Scientist Rob McKay is on a mission to Antarctica to investigate the impact of climate change.
McKay, a senior lecturer in geology at Victoria University’s Antarctic Research Centre, is leading a team of 30 scientists from around the globe on a two-month expedition to discover how the West Antarctic Ice Sheet and the adjacent Southern Ocean are responding to changes in temperature.
“We are drilling firstly offshore from the Ross Ice Shelf, and then into the Southern Ocean, to collect sediment that will help us understand the stability of the ice sheet through multiple cycles of warming and cooling during the past 20 million years,” says McKay.
By doing so, scientists hope to understand how warming oceans may trigger a future ice-sheet collapse – and the implications this may have for rising sea levels, temperature changes and marine life. “It’s clear that warming oceans in West Antarctica are working to melt the ice sheet, but it’s equally important to determine how freshwater from the ice sheet melt affects the ocean. This could include sea ice growth, as well as changing nutrient supplies for plankton, which form the base of the marine ecosystems.”
The global team of geologists and palaeontologists will drill at six key sites in the hope of gaining a clearer picture of how much the West Antarctic Ice Sheet has retreated over time – and how warm the sea was before it began to collapse. “The damage to the Earth’s climate is so significant that we are seeing an accelerating loss of ice today,” McKay says. “However, it may not be too late for the West Antarctic Ice Sheet, because models indicate that a dramatic lowering of carbon emissions may prevent a further decline.”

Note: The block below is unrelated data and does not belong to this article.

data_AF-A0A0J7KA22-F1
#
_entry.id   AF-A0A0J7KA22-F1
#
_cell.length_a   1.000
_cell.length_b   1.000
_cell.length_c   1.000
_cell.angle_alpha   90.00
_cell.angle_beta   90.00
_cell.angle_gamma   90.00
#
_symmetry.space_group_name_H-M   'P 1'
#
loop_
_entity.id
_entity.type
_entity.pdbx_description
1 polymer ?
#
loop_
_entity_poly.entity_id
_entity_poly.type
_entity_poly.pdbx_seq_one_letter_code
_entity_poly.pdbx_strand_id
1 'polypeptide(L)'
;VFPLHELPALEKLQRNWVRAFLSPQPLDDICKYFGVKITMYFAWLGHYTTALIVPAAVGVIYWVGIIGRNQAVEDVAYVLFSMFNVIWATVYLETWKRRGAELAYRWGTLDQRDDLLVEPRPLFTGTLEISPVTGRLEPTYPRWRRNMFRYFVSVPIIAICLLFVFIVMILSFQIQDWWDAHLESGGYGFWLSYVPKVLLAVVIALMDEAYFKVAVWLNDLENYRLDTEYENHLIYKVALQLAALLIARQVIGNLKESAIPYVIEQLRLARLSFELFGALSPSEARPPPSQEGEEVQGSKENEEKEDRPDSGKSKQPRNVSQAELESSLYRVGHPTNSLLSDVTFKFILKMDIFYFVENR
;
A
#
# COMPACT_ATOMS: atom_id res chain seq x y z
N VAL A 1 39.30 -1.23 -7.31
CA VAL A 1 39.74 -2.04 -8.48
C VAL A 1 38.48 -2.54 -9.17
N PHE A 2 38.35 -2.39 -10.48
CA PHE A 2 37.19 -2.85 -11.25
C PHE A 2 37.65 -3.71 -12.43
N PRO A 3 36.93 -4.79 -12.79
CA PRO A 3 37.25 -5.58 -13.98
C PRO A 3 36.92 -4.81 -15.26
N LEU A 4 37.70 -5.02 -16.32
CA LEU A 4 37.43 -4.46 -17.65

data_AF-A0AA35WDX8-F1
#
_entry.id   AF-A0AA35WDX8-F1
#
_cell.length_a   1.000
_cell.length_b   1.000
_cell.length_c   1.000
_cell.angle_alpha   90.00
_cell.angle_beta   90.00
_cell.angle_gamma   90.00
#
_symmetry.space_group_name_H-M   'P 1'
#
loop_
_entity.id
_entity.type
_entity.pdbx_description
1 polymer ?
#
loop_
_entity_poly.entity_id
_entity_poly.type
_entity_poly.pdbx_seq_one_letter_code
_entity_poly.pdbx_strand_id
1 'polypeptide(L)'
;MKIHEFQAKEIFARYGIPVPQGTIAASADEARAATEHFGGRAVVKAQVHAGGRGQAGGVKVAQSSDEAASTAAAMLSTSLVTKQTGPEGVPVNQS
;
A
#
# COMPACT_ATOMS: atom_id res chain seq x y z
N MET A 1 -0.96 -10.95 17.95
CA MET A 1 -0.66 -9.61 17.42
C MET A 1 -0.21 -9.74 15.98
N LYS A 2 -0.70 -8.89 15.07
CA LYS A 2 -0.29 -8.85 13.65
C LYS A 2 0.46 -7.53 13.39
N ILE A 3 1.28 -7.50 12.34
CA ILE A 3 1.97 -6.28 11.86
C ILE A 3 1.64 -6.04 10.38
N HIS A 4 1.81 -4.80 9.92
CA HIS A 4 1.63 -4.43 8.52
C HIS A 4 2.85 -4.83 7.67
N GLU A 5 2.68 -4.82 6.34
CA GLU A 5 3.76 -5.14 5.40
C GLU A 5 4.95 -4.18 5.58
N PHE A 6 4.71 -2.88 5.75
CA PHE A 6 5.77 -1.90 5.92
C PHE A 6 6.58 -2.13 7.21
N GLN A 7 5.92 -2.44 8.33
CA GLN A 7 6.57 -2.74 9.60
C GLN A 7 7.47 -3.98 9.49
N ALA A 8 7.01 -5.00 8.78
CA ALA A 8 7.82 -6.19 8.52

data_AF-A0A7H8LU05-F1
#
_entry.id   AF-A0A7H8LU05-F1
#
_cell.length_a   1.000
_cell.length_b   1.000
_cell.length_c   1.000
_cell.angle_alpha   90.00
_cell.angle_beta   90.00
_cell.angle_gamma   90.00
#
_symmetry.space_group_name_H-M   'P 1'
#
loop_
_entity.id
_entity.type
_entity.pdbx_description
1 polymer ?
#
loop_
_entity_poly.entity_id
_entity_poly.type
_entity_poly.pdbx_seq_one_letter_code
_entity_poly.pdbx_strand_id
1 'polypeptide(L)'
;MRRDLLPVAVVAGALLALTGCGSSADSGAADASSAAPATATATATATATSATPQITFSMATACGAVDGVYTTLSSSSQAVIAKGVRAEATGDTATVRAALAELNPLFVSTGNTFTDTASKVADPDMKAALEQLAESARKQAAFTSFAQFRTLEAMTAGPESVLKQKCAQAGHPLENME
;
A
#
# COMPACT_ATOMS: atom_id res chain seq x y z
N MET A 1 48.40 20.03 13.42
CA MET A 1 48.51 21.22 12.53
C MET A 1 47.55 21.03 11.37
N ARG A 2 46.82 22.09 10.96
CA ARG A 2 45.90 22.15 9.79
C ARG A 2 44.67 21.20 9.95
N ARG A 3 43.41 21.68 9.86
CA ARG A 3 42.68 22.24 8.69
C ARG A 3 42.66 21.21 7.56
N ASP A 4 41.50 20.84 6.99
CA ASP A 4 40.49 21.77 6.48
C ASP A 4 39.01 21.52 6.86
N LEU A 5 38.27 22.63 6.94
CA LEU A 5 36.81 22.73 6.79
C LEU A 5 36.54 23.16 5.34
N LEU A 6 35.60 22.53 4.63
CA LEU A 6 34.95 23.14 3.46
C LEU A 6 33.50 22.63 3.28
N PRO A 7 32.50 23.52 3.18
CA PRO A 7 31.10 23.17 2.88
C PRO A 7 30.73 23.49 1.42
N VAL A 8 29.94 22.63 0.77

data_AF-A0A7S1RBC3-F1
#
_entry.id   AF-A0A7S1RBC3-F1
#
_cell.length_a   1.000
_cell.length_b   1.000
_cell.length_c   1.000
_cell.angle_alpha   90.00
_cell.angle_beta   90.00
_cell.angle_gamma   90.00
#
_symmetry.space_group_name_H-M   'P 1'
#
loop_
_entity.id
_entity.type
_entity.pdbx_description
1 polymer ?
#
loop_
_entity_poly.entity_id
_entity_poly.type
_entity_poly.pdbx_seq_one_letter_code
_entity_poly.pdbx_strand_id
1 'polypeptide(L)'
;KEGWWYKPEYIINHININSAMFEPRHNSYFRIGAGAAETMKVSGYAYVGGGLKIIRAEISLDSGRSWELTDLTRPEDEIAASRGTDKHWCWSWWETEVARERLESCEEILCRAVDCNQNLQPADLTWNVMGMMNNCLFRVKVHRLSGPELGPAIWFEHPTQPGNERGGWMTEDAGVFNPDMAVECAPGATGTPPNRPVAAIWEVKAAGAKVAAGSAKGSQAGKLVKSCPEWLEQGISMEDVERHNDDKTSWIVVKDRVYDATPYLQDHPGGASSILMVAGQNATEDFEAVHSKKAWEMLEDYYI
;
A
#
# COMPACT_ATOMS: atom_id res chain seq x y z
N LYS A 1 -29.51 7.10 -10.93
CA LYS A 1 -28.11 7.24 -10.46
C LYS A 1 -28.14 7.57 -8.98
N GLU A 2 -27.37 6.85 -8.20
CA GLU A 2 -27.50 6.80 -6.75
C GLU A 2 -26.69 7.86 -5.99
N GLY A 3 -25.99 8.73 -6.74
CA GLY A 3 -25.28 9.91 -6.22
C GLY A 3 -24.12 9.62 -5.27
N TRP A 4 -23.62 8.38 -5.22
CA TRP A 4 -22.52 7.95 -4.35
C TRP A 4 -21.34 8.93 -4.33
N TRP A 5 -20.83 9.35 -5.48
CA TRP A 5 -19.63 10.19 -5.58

In January, the 40-year-old sailed from Wellington to the Ross Sea on the JOIDES Resolution, a 140m-long scientific research ship operated by the 23-nation International Ocean Discovery Programme (IODP), of which New Zealand is a member.
It’s one of six expeditions in Southern Hemisphere waters over the next 18 months; Kiwi scientists will be leading five of them. Costing around $120 million, the expeditions are believed to be among the largest international investments in New Zealand science in a single year. “Each country that belongs to the IODP pays a levy, and we’re really fortunate that this large international community has chosen to focus on New Zealand for these six voyages.”
Other expeditions will study the tectonic plate boundary to the east of the North Island, a submarine volcano (underwater vent) north-east of the Bay of Plenty, and sediment from beneath the Tasman Sea that could hold clues to the origins and activity of the Pacific Ring of Fire.
McKay, who contemplated a career as an architect until he realised geology was more fun, has been planning the Antarctic expedition for around seven years, with the help of a Royal Society of New Zealand Fellowship.
He says data from previous drilling expeditions has been used to help model projections identifying the best drilling options.
“This work builds on some of the earliest Antarctic sediment samples, collected in the 70s, which are still proving to be valuable. So what we find on this expedition is likely to inform global research for many years to come.”
This was published in the February 2018 issue of North & South.